The Persian Abyss
International Atomic Energy Agency (IAEA) director, Mohamed ElBaradei, said on Wednesday, October 21, that he had given Iran, France, Russia and the United States a draft text of a deal for approval by this Friday to help allay concerns over Tehran’s nuclear program. Various diplomatic sources have been quoted off-the-record as saying that ElBaradei’s draft required Iran to send some 75% of its enriched uranium reserve abroad before the end of this year for conversion into fuel for a Tehran reactor producing medical isotopes. Iran’s representatives to the negotiations did not indicate if their government would sign-off on the proposal.
However, the day before Manouchehr Mottaki, Iran’s Foreign Minister, stated that his country would never abandon its “legal and obvious” right to nuclear technology and would not halt uranium enrichment. “The meetings with world powers and their behavior shows that Iran’s right to have peaceful nuclear technology has been accepted by them … Iran will never abandon its legal and obvious right,” Manouchehr Mottaki said. Whether Mottaki’s statement is part of Iran’s bargaining strategy – a kind of Good Cop / Bad Cop strategy – or reveals a deepening rift within the regime is a matter of spirited debate among Western analysts.
Iran’s stance vis-à-vis Western demands has moved incrementally over the last several months. Earlier this year the Iranian position was that there was nothing to negotiate. However, with increasing Western pressure – and the ongoing saber rattling in Israel – the Teheran regime’s position has softened somewhat. In early August, it became willing to “negotiate,” with the precondition that it would not accept any limitations on it nuclear programs.
There was the revelation in late-September that Iran had built a second clandestine uranium enrichment facility near the city of Qom. Catching the Iranians red-handed for the third time really didn’t surprise anyone in Washington, London, Paris, Moscow or Peking. One suspects that the Iranians were simply thrilled to have gotten away with as much subterfuge as they had for so long. It was just another episode in the game of nuclear cat-and-mouse.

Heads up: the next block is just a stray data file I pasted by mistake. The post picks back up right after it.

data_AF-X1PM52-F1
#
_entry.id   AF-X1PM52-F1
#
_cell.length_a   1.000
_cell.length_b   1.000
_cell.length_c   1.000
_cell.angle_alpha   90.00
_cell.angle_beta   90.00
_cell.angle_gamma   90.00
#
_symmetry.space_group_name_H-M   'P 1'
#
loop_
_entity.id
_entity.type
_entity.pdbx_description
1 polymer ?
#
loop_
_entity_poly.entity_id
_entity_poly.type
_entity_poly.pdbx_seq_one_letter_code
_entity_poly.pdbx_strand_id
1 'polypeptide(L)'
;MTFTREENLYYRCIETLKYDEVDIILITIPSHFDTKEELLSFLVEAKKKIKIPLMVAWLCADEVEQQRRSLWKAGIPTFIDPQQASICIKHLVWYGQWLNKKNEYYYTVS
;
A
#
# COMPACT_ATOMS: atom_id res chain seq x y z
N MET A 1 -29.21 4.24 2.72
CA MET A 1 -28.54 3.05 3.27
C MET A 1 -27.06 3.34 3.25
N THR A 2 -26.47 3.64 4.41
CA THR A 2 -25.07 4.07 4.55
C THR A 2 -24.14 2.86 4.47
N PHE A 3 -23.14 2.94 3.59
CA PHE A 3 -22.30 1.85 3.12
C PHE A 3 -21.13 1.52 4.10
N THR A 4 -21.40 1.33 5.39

Iran won a reprieve from harsher UN sanctions by agreeing on October 1 to inspections of a hidden nuclear site and to send low-enriched uranium abroad for further processing. That inspection is supposed to take place towards the end of this month. One school of thought is that the Iranians know they must allow this inspection to take place or another round of sanctions will be enacted, a much harsher round than the previous three.
This line of thinking theorizes that the Iranians know what the IAEA inspectors will find. The inspectors’ report will report that the Qom site violates past agreements, and the report will serve as a trigger for more sanctions. By agreeing to a deal now, Iran hopes to muffle the West’s response to the report, and then use stalling tactics to modify the terms of any deal that is reached.
Another school of thought states that the Iranian leadership is divided. The demonstrations and riots that followed the presidential elections in June shook the regime. Sanctions would be significant and further weaken the regime. Some also point to recent terrorist acts within Iran as proof that the regime is faltering. However, these analysts are for the most part the same ones that eschew military action in favor of diplomatic actions.
The truth of the matter is that the regime in Teheran has a tight grip on all the levers of power in the country.
- While the demonstrations and riots were indeed an embarrassment, they were crushed in short order.
- The economy has been in poor shape for many years; it is unlikely that any additional erosion is likely to cause a mass uprising, especially with the lessons of June-July fresh in the public memory.
- Finally, the Teheran regime has lived with a small level of violent resistance for its entire 30 years in power.
It fears an Israeli/Western military strike far more than it does a few hundred guerrilla fighters in far-off Baluchistan province. By Friday morning, the Iranians were already backing away from the proposal.
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